A Brexit House Price Crash?
We’re often asked for our opinion on what impact Brexit will have on house prices. Although we love talking about the property market, it’s a struggle to give a clear-cut response.
The truth is that nobody – not even the so-called ‘experts’ – really knows!
You may remember that, before the referendum vote in 2016, leading economists and even the Bank of England predicted that house prices would fall.
But, as shown in the graph below, all the major price indices have been showing a different story.
Although there was a little bit of panic after the result, prices remained pretty flat.
There are also a number of other factors that demonstrate how the housing market is more resilient than many believe.
Firstly, since 2008, mortgage borrowers have benefitted from a low Bank of England Base Rate (BBR). After a drop to 0.25% to ‘cushion the blow’ from Brexit, they’ve since risen twice to 0.75%. Even so, mortgage rates from banks and building societies are still competitively priced. This, in turn, has fuelled a steady level of growth.
Secondly, there is a major undersupply of good quality housing coming on to the market. With every year that passes where housebuilding targets are not met, average prices grow as there are not enough homes to go around. Related to this, the complex planning system and rising building costs continue to drive down the number of new homes coming to market.
Thirdly, the government’s Help to Buy scheme has enabled over 450,000 first-time buyers to get on the housing ladder. Although this initiative has been criticised for not assisting the right type of people, it has certainly supported house price inflation across the country.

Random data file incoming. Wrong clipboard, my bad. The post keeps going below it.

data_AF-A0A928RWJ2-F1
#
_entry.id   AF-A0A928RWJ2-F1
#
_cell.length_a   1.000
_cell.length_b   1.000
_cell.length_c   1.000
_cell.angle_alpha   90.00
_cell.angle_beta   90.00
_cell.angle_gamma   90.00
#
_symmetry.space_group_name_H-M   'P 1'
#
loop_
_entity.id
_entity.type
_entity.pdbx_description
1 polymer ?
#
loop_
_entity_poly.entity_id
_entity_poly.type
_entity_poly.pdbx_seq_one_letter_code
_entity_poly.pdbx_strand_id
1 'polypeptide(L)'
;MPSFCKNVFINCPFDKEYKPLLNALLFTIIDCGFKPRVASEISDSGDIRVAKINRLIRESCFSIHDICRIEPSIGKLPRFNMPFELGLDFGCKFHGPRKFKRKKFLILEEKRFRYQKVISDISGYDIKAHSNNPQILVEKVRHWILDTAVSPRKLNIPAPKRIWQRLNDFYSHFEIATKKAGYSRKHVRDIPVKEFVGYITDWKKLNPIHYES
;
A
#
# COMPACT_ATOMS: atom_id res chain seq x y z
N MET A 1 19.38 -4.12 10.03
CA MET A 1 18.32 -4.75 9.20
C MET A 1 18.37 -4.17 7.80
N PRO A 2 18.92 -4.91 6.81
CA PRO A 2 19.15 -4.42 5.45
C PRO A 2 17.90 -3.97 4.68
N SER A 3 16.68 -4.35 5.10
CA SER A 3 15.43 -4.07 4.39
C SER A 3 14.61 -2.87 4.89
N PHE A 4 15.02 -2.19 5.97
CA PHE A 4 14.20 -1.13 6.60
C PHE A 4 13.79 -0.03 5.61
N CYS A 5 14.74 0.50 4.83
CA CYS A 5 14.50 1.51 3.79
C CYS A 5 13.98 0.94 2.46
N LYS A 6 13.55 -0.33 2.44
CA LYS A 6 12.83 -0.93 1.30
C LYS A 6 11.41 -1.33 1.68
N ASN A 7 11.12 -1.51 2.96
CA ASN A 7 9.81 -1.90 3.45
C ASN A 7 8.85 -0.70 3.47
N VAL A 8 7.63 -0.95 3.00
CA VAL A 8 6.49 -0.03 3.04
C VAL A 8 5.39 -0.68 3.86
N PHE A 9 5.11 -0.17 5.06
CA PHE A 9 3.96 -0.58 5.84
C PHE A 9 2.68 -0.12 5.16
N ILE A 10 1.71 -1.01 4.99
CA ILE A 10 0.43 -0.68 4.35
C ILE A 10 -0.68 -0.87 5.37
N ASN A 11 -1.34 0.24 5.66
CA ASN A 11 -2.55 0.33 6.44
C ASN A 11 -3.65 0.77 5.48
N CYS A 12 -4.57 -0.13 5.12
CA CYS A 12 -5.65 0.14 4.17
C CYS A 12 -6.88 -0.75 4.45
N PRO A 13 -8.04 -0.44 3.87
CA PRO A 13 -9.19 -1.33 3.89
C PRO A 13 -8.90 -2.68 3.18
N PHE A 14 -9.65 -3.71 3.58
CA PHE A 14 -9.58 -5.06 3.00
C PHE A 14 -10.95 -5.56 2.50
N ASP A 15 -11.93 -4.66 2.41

Of course, as positive as this all may sound, this certainly doesn’t mean the property prices will always go upwards.
Brexit Property Market Risks
The property market is often influenced by what’s happening in the wider economy. This is because housing costs usually take up a lot of what we earn. So when issues like falling wages or rising unemployment occur, the risks of a market downturn generally go up.
When it comes to Brexit, remember that it’s only once we leave the EU that the economic impacts will be felt. This perhaps explains why house prices didn’t shake as much after the vote.
Of course, opinions are always wide and varied…
Some are sure that Armageddon is just around the corner. At the opposite end of the spectrum, there are others that firmly believe the economy will shine brightly as a result of leaving.